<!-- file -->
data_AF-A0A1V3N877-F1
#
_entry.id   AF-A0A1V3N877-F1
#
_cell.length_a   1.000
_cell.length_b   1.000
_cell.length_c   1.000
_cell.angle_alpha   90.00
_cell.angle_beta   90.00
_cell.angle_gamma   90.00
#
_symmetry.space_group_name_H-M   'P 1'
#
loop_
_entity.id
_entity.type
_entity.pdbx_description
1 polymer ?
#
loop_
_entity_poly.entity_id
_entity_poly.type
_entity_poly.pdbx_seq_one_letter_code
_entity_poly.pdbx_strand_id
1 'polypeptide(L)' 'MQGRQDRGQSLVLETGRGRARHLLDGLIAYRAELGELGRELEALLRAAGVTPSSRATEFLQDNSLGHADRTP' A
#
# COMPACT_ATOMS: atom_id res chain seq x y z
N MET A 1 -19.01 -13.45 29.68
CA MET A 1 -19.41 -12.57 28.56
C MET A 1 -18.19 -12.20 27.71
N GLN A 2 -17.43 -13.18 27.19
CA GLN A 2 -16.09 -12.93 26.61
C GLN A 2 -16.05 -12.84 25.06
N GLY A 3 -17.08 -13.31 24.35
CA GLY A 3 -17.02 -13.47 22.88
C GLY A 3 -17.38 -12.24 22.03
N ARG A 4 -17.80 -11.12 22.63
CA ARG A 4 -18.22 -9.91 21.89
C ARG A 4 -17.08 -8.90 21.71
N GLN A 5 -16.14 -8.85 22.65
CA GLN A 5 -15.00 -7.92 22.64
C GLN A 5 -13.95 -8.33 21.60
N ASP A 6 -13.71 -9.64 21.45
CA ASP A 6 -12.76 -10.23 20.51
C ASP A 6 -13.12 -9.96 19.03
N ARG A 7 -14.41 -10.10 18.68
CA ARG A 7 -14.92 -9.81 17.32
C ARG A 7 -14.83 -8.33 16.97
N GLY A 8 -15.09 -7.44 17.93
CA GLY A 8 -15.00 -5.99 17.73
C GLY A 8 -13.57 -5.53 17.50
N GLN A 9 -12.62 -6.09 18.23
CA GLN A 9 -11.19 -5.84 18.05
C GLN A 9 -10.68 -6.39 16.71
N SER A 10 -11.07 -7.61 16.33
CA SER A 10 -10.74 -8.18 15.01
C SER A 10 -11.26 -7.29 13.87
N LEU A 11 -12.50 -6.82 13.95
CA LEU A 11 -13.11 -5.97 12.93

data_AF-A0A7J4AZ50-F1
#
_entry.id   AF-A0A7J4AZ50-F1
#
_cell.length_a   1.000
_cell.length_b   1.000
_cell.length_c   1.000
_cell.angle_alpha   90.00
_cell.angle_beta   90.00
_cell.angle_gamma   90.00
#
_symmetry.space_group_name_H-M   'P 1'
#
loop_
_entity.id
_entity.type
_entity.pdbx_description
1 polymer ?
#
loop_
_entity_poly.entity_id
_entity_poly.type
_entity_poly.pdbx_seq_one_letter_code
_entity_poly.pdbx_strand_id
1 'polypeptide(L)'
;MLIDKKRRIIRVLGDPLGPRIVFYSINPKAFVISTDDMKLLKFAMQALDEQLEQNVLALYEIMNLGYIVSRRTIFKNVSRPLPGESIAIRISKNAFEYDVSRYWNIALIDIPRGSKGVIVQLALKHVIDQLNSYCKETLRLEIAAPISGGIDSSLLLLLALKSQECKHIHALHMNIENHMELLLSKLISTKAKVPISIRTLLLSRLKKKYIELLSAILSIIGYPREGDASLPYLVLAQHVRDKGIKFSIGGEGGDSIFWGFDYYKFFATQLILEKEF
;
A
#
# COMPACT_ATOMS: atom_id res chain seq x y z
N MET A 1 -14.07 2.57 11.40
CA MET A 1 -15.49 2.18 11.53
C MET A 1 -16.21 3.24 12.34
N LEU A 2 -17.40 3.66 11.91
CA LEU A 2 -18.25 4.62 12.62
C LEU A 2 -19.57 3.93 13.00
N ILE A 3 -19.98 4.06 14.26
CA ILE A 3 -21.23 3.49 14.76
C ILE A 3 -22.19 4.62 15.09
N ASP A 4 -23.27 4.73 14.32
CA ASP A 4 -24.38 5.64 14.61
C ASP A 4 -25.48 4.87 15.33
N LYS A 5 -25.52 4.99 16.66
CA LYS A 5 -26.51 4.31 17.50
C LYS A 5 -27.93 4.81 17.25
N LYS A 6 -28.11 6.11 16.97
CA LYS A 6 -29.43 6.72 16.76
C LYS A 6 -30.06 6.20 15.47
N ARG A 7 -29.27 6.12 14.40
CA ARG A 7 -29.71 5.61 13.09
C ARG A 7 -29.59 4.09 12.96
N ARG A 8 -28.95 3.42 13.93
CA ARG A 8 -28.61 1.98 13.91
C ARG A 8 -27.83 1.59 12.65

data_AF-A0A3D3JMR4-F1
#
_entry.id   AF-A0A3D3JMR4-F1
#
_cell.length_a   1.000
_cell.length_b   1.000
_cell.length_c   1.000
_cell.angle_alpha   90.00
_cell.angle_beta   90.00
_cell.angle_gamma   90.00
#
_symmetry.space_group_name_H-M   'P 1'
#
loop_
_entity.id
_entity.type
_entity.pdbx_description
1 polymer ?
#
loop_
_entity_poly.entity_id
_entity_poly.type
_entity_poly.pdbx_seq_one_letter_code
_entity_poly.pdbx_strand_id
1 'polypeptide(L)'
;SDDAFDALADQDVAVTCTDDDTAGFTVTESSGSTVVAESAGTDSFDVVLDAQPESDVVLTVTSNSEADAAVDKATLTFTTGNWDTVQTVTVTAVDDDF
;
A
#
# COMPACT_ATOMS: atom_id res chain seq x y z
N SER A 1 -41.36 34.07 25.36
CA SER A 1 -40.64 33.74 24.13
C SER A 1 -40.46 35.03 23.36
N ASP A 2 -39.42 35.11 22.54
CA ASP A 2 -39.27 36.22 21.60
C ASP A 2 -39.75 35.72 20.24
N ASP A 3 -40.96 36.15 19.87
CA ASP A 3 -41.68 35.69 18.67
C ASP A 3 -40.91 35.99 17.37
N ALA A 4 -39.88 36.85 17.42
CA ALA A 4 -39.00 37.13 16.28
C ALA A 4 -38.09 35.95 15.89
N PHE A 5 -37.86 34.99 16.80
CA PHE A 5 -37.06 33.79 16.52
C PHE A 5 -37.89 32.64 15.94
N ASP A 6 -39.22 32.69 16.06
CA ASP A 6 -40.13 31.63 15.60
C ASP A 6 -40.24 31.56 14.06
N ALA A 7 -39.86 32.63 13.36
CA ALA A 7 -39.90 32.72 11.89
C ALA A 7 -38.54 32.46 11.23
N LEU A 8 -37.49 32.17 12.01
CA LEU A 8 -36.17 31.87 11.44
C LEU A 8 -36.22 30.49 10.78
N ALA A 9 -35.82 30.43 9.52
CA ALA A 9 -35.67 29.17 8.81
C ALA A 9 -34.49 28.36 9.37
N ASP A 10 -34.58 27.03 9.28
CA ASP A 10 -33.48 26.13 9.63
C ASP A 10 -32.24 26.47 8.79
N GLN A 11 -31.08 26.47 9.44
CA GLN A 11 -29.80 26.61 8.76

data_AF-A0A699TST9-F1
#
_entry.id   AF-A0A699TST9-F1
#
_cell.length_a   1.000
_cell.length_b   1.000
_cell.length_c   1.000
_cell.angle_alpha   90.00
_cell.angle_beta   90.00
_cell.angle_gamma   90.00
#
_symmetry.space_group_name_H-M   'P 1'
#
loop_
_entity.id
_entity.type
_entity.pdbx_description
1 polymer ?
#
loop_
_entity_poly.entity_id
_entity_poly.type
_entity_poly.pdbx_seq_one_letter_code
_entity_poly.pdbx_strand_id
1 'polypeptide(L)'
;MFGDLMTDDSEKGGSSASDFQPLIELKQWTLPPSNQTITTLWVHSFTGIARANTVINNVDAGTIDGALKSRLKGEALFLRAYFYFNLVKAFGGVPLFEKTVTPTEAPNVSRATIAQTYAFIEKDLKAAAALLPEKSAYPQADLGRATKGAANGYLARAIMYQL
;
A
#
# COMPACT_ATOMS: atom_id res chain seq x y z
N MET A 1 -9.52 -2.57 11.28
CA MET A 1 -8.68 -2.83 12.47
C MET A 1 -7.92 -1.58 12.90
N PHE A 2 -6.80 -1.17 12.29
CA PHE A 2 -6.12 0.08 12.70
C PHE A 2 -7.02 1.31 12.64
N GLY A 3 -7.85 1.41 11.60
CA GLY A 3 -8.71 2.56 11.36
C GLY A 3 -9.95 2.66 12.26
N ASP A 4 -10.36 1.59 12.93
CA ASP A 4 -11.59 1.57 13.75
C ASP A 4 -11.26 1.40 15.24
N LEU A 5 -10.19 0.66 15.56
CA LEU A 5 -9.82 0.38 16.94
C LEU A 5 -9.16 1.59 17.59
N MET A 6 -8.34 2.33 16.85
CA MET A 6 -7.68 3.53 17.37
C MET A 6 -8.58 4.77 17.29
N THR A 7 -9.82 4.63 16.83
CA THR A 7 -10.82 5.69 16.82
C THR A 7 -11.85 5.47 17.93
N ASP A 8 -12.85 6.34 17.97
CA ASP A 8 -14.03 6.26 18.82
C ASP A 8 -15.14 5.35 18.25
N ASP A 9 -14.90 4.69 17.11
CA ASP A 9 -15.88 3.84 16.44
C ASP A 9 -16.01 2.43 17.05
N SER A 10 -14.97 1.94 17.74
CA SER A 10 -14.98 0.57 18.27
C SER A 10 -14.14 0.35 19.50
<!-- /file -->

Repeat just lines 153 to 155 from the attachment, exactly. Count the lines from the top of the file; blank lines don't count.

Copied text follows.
N ALA A 4 -39.88 36.85 17.42
CA ALA A 4 -39.00 37.13 16.28
C ALA A 4 -38.09 35.95 15.89